African runners may dominate the elite field, but at mass participation level it is rare to see a black casual runner. Why is this?
It is no secret that there are very few recreational runners of color in the Western world, particularly in the United Kingdom and the USA. However, runners from African and Caribbean countries such as Kenya, Ethiopia, Jamaica, and Uganda dominate all the running events for elite competitions from marathons to the 100-meter race.
One of the reasons why people of color hate running may be due to cultural and self-perpetuating practices. They do not participate in any running activities since they do not see other people of color taking part in the same sport, joining running clubs where runners train, or going for morning runs in their neighborhoods. Even though some running clubs try to make the conscious effort of attracting members of different cultural and racial backgrounds, people of color are still disproportionately represented.
Another barrier to running is that people of color are usually marketed and portrayed as elite athletes. A majority of people of color are influenced by these media stereotypes, making them believe that those who take part in the running are competing to win, and since they do not have any plans of being elite athletes, they have no interest in running.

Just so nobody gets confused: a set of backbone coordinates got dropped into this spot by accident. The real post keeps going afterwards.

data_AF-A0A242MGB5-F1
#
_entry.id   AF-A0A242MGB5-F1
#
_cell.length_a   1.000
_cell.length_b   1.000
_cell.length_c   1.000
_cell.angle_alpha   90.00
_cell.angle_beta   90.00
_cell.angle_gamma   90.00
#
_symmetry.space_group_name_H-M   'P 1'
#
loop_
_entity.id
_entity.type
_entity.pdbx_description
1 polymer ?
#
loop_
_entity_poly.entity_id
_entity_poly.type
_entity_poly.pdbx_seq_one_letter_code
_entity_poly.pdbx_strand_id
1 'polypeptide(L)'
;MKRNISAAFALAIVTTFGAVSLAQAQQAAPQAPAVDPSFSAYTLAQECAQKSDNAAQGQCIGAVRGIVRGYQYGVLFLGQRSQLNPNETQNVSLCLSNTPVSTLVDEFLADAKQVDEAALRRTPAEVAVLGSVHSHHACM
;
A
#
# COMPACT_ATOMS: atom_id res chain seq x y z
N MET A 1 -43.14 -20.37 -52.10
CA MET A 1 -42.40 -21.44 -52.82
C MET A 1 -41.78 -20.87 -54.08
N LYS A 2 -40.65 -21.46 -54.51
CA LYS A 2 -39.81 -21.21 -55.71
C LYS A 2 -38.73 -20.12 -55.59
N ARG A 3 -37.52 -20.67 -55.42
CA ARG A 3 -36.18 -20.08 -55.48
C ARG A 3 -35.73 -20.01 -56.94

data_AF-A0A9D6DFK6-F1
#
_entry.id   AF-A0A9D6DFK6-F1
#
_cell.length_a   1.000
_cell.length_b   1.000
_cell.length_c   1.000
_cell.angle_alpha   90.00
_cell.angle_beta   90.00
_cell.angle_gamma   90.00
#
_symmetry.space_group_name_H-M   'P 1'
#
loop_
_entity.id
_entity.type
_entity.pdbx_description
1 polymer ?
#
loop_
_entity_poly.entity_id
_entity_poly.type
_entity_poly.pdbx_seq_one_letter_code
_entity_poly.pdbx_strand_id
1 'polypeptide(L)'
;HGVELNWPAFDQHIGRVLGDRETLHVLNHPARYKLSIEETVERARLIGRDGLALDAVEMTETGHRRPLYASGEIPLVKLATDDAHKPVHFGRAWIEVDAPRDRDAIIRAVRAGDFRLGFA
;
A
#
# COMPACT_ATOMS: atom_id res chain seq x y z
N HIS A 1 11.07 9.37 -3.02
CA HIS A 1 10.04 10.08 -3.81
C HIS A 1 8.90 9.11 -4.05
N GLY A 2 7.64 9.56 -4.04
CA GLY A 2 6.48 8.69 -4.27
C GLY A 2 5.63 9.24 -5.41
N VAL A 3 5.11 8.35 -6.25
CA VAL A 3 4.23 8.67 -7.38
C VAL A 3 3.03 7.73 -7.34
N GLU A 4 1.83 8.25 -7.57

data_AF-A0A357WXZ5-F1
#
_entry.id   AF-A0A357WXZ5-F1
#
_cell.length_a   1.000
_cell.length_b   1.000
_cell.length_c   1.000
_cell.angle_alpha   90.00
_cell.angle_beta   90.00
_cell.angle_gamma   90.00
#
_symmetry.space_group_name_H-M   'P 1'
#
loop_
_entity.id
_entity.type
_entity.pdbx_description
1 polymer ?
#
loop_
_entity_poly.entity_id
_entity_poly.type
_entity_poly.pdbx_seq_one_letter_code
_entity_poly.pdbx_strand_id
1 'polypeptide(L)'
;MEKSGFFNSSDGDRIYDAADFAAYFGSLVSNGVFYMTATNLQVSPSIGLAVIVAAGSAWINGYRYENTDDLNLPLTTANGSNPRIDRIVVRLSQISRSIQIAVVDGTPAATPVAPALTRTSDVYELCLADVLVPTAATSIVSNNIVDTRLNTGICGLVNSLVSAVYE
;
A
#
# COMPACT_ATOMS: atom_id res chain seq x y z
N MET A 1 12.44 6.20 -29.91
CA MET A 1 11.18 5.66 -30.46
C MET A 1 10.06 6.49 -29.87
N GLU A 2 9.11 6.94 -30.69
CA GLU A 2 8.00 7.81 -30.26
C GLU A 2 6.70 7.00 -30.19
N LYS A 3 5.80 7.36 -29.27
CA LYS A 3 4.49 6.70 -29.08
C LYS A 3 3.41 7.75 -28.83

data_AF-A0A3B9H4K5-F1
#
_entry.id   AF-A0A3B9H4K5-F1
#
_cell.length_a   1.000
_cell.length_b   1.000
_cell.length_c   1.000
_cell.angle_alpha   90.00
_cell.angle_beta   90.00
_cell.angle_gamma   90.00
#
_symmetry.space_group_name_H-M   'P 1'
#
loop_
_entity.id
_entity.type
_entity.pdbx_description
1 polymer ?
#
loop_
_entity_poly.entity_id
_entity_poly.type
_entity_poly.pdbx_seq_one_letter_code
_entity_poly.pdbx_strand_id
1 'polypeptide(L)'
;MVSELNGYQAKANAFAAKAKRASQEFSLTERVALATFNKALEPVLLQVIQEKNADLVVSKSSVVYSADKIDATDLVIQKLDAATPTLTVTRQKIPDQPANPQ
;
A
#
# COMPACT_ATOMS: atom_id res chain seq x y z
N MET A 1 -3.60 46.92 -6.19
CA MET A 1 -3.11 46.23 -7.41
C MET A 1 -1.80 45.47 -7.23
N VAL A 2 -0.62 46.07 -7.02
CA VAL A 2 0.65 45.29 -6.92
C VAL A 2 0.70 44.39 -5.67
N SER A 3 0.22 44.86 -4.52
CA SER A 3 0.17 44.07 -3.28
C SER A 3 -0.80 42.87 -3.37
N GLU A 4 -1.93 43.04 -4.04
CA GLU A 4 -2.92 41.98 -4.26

What many people of color fail to understand is that running, just like going to the gym, is a method of exercising and staying fit. Participating in races has nothing to do with your probability of winning or how much time to will take to complete the run. A majority of people who take part in marathons or races are just trying to a better person than they were the day before.
Truism maybe another reason why people of color hate running. A majority of people of color see marathons as events or activities that white people like. Since a majority of people of color grow up in poor neighbourhoods where there is a perception of danger, security is often cited as a deterrent to running. Lacking a safe place to run is one of the most common barriers for those who are interested in going for a morning run. People of color neighbourhoods also do not have adequate or, at times, no public recreation parks where they can go for runs or jogging.
Segregation may be another reason why people of color does not take part in running activities. In the 1920s, school coaches had the notion that people of color are best suited for sprints rather than distance events or lacked the discipline to pursue distance events. That may be the reason why there are very few people of color who take part in 1500m, the 800m, or marathons. These segregation practices and stereotypes from the 1920s have been internalised by people of color